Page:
The Three Orders of Columns
Comparing the Three Orders <ul><li>The three orders are summarized on pp. 162-163 </li></ul><ul><li>The Doric is the simpl...
The Cult Figure of the Temple <ul><li>The cult figure occupies the temple center </li></ul><ul><li>Temple of Zeus: the hea...
The Parthenon <ul><li>The temple was dedicated to Athena (upper left)  </li></ul><ul><li>It is surrounded by Doric columns...
The Pediments <ul><li>Pediments are the triangles on either ene of a gabled roof, usually with decoration </li></ul><ul><l...
Inside (Ionic) Frieze <ul><li>The inside frieze depicts a procession of gods, humans, and beasts </li></ul><ul><li>Horses ...
Inside (Ionic) Frieze: Details <ul><li>Left: Detail from the east pediment of the Parthenon </li></ul><ul><li>Right: Detai...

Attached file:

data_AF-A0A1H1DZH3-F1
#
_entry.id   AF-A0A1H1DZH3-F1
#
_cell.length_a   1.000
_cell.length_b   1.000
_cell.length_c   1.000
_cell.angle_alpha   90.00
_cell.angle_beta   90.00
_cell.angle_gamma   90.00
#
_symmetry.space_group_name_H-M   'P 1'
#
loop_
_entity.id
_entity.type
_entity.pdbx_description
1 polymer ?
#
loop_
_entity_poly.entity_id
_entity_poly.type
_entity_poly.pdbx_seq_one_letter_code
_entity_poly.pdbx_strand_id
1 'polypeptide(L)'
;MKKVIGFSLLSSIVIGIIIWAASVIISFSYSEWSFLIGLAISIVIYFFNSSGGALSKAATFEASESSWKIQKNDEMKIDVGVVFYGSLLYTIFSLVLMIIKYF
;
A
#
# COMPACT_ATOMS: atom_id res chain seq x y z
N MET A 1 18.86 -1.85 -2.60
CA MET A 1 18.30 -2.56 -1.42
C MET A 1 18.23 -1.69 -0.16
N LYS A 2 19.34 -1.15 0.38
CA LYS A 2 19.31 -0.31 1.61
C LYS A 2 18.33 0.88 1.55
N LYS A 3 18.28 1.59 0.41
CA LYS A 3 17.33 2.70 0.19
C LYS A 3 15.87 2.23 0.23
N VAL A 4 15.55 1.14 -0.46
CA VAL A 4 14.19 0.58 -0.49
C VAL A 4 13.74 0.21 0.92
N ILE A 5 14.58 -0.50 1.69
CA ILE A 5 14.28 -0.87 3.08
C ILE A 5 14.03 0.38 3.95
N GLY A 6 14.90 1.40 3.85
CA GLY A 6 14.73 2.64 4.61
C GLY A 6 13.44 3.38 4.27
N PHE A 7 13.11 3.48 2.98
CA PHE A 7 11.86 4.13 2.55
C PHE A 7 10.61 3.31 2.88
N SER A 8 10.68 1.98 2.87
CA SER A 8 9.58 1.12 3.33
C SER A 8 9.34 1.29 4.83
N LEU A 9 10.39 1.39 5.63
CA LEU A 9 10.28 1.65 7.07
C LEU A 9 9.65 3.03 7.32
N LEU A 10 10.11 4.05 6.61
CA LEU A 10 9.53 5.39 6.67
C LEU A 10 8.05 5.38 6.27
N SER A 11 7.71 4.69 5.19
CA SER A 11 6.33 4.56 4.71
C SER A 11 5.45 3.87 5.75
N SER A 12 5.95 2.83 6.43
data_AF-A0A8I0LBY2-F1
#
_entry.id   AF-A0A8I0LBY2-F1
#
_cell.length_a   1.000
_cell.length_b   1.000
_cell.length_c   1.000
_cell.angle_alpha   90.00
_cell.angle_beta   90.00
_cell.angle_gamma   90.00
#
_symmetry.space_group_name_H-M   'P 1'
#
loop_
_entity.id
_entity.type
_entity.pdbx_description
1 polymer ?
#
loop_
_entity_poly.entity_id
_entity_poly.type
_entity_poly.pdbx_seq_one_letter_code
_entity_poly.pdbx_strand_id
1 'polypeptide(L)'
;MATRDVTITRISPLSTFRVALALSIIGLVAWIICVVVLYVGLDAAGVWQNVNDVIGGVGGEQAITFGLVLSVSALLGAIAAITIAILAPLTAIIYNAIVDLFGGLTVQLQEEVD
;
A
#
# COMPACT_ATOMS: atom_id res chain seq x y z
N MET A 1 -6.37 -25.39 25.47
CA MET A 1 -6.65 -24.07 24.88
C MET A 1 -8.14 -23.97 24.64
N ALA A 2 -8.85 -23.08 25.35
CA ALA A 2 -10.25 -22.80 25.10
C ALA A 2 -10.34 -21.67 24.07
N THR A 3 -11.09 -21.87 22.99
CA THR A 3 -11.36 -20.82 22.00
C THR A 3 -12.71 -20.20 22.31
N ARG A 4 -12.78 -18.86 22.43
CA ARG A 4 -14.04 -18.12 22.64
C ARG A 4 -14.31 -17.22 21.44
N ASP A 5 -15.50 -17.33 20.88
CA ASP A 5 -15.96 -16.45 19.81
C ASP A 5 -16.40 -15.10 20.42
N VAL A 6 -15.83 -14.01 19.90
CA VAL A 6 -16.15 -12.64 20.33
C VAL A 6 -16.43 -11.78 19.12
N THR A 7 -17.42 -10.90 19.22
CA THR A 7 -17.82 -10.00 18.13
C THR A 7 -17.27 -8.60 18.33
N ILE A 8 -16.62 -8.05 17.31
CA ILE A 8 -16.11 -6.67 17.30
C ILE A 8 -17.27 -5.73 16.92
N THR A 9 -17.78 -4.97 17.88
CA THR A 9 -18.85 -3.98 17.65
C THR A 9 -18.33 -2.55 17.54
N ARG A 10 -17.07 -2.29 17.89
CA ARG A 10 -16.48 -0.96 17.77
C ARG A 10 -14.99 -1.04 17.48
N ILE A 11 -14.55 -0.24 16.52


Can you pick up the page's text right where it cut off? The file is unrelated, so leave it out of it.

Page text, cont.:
Hellenistic Greek Themes <ul><li>The Hellenistic Styles anticipate what one will find for Rome </li></ul><ul><li>The archi...
Architecture: Altar of Zeus <ul><li>Given to larger, monumental forms than that of Classical Greece. </li></ul><ul><li>The...
Statuary Realism <ul><li>Themes of statue are victory of intellect over barbarism, Olympian gods over Titans </li></ul><ul...
Other Sculpture: Nike and Aphrodite <ul><li>The  Winged Victory  gives a sense of movement as the wind whips against Nike’...
Conclusion <ul><li>This sample illustrates the following trends </li></ul><ul><li>From formalism to naturalism in sculptur...
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Greece amd the Arts

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Covers the art historical diension of classical Greece

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Greece amd the Arts